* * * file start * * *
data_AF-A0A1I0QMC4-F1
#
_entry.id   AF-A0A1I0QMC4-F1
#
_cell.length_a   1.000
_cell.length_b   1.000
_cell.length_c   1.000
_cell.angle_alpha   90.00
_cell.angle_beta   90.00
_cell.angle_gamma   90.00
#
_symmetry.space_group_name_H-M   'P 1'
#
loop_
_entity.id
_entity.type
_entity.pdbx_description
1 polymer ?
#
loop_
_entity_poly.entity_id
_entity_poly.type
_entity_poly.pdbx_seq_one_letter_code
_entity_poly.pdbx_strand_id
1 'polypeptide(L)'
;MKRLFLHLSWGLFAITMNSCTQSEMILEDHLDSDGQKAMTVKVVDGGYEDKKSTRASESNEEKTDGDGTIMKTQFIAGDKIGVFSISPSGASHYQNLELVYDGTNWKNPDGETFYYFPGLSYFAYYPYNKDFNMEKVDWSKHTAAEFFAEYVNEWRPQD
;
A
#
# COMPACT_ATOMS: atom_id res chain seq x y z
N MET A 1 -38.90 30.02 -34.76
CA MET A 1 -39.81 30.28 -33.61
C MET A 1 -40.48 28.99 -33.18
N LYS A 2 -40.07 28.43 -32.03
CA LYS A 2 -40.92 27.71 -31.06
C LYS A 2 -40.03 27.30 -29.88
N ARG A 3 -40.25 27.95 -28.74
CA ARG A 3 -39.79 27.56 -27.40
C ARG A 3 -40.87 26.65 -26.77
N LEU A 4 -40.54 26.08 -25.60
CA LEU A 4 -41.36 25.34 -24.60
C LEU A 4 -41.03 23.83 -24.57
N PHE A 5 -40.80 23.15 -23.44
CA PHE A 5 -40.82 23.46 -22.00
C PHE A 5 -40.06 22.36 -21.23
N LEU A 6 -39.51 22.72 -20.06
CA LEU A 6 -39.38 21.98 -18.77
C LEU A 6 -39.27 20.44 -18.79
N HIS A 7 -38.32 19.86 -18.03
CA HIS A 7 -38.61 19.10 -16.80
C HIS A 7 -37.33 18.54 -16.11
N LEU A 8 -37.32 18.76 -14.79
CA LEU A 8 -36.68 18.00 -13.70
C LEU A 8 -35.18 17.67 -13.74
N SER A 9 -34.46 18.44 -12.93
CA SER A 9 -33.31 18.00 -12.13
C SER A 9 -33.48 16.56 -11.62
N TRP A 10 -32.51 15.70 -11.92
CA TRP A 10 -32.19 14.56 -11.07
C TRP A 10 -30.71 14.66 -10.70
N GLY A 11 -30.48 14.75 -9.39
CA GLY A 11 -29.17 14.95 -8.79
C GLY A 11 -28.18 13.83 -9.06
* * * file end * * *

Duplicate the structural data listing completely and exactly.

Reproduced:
data_AF-A0A1I0QMC4-F1
#
_entry.id   AF-A0A1I0QMC4-F1
#
_cell.length_a   1.000
_cell.length_b   1.000
_cell.length_c   1.000
_cell.angle_alpha   90.00
_cell.angle_beta   90.00
_cell.angle_gamma   90.00
#
_symmetry.space_group_name_H-M   'P 1'
#
loop_
_entity.id
_entity.type
_entity.pdbx_description
1 polymer ?
#
loop_
_entity_poly.entity_id
_entity_poly.type
_entity_poly.pdbx_seq_one_letter_code
_entity_poly.pdbx_strand_id
1 'polypeptide(L)'
;MKRLFLHLSWGLFAITMNSCTQSEMILEDHLDSDGQKAMTVKVVDGGYEDKKSTRASESNEEKTDGDGTIMKTQFIAGDKIGVFSISPSGASHYQNLELVYDGTNWKNPDGETFYYFPGLSYFAYYPYNKDFNMEKVDWSKHTAAEFFAEYVNEWRPQD
;
A
#
# COMPACT_ATOMS: atom_id res chain seq x y z
N MET A 1 -38.90 30.02 -34.76
CA MET A 1 -39.81 30.28 -33.61
C MET A 1 -40.48 28.99 -33.18
N LYS A 2 -40.07 28.43 -32.03
CA LYS A 2 -40.92 27.71 -31.06
C LYS A 2 -40.03 27.30 -29.88
N ARG A 3 -40.25 27.95 -28.74
CA ARG A 3 -39.79 27.56 -27.40
C ARG A 3 -40.87 26.65 -26.77
N LEU A 4 -40.54 26.08 -25.60
CA LEU A 4 -41.36 25.34 -24.60
C LEU A 4 -41.03 23.83 -24.57
N PHE A 5 -40.80 23.15 -23.44
CA PHE A 5 -40.82 23.46 -22.00
C PHE A 5 -40.06 22.36 -21.23
N LEU A 6 -39.51 22.72 -20.06
CA LEU A 6 -39.38 21.98 -18.77
C LEU A 6 -39.27 20.44 -18.79
N HIS A 7 -38.32 19.86 -18.03
CA HIS A 7 -38.61 19.10 -16.80
C HIS A 7 -37.33 18.54 -16.11
N LEU A 8 -37.32 18.76 -14.79
CA LEU A 8 -36.68 18.00 -13.70
C LEU A 8 -35.18 17.67 -13.74
N SER A 9 -34.46 18.44 -12.93
CA SER A 9 -33.31 18.00 -12.13
C SER A 9 -33.48 16.56 -11.62
N TRP A 10 -32.51 15.70 -11.92
CA TRP A 10 -32.19 14.56 -11.07
C TRP A 10 -30.71 14.66 -10.70
N GLY A 11 -30.48 14.75 -9.39
CA GLY A 11 -29.17 14.95 -8.79
C GLY A 11 -28.18 13.83 -9.06